FCC: Major ISPs are as fast as advertised

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US’s top ISPs largely deliver the advertised download speeds, while DSL connections fail to meet up the promised speeds, claims a new report.

Federal Communications Commission has published the Measuring Broadband America report for the year which reveals that major internet service providers deliver the speeds they promise with a few of them delivering even higher speeds.

The FCC ran a series of exhaustive tests which revealed that the notion that ISPs deliver suboptimal performances is actually because of network congestion.

FCC recruited almost 10,000 volunteers across the nation who installed “off-the-shelf” routers which were paired with special monitoring software to measure speeds at different times and intervals.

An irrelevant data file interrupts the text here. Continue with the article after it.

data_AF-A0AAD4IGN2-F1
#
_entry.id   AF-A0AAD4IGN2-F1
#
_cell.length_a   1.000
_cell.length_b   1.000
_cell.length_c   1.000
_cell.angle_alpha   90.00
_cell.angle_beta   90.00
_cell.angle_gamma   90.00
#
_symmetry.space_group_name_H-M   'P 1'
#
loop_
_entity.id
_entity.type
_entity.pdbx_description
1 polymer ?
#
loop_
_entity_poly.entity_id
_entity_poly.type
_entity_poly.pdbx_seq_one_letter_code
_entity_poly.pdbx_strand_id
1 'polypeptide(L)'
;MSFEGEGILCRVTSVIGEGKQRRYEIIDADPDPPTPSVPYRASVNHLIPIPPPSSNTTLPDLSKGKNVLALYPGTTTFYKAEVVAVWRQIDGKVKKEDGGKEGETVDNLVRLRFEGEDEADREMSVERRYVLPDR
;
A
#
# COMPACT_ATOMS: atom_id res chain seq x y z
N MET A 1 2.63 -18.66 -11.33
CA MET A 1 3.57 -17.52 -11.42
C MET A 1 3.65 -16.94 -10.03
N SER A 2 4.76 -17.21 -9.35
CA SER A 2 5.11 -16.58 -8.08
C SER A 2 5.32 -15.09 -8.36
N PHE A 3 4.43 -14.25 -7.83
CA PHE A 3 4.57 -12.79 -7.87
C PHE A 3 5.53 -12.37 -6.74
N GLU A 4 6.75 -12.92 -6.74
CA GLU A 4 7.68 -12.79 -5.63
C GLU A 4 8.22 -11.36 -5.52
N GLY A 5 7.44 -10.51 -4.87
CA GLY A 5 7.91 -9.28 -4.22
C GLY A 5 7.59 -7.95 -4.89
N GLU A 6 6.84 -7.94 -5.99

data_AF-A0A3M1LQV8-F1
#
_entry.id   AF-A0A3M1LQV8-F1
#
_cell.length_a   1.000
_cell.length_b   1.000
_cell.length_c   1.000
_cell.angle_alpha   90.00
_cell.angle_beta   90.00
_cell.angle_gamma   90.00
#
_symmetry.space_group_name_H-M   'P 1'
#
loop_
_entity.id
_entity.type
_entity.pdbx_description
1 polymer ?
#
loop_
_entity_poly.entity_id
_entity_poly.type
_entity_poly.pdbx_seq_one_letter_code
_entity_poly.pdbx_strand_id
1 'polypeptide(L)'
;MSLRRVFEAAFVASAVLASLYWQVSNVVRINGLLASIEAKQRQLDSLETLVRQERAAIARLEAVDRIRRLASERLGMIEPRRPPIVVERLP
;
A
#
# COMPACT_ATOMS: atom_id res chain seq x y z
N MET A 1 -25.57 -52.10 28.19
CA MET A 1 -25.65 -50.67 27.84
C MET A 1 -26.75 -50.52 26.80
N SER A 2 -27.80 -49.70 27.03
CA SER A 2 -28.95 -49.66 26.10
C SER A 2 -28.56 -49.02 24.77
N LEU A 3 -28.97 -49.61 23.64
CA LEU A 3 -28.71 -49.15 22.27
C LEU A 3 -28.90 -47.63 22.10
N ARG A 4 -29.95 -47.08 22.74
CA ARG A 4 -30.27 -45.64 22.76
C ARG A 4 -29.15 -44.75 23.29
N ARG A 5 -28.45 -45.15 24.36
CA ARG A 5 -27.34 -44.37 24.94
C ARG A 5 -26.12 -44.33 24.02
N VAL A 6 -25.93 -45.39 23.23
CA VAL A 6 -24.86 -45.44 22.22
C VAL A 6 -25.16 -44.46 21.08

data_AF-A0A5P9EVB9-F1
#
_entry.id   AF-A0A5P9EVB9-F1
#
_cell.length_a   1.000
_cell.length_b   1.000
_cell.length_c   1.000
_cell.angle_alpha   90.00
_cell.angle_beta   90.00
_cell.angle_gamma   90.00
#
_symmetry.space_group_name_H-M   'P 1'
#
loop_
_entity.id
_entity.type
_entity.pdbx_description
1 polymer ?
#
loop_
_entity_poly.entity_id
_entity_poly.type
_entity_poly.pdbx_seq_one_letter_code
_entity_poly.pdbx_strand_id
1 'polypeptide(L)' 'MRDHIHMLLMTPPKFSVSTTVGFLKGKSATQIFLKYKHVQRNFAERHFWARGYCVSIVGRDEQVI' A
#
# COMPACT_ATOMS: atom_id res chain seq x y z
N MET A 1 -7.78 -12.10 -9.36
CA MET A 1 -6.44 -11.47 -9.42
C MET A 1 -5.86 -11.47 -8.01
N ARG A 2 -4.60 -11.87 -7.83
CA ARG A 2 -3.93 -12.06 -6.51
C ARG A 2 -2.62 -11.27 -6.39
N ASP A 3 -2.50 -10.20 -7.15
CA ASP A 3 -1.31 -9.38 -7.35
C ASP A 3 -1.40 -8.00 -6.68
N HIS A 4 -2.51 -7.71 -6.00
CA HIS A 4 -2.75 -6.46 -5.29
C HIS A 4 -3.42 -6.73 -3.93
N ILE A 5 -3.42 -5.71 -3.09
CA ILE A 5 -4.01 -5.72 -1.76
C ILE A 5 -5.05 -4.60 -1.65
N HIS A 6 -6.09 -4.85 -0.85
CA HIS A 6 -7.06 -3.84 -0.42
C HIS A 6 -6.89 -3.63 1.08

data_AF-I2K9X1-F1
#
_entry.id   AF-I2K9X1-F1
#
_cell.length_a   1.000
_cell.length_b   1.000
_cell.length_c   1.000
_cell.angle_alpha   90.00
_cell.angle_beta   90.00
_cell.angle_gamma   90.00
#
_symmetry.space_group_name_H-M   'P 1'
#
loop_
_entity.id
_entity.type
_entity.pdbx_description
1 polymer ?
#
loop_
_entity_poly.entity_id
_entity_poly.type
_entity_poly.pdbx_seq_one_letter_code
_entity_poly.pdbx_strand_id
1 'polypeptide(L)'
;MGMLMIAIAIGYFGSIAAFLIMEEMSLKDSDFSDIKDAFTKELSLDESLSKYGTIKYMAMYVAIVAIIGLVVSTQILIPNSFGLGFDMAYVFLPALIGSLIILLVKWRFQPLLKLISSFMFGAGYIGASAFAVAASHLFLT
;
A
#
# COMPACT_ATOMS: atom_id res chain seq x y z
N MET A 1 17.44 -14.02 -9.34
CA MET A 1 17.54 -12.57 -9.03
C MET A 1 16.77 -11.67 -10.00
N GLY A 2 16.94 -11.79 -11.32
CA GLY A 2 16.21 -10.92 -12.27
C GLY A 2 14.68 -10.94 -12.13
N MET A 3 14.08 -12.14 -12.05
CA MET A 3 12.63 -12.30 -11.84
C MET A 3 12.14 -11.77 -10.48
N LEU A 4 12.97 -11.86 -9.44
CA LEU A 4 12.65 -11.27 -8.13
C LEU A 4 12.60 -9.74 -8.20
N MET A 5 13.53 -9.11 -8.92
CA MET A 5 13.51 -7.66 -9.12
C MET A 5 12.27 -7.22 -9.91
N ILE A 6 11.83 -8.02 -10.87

When the statistics gathered by the routers were tapped, it was apparent that the speeds were affected at the interchange points, which is the point at which the internet traffic joins or leaves the ISP’s network. For instance, the speeds are impacted when content pertaining to your request is loaded to your network, which is a new discovery that the companies are yet to tackle.

Getting further into the details of the report, Verizon FiOS, Comcast and Cablevision consistently delivered 120 percent of the speeds they promised while the others deliver speeds equal to the promised speeds. ISPs who use fibre optic cable in their service were able to deliver the promised speeds.

On the other hand, only 64 percent of the DSL subscribers received a satisfactory service and surprisingly, Verizon which scored the best for the broadband performance loses out to the others when it comes to DSL, becoming the ISP offering the worst DSL service of all.

FCC has not revealed who took part in the study or the exact places where the test was conducted. Other revelations of the study included that the average download speed for all the test sites was 20.2Mbps. Notably, this number is increasing every year as the number of users is increasing.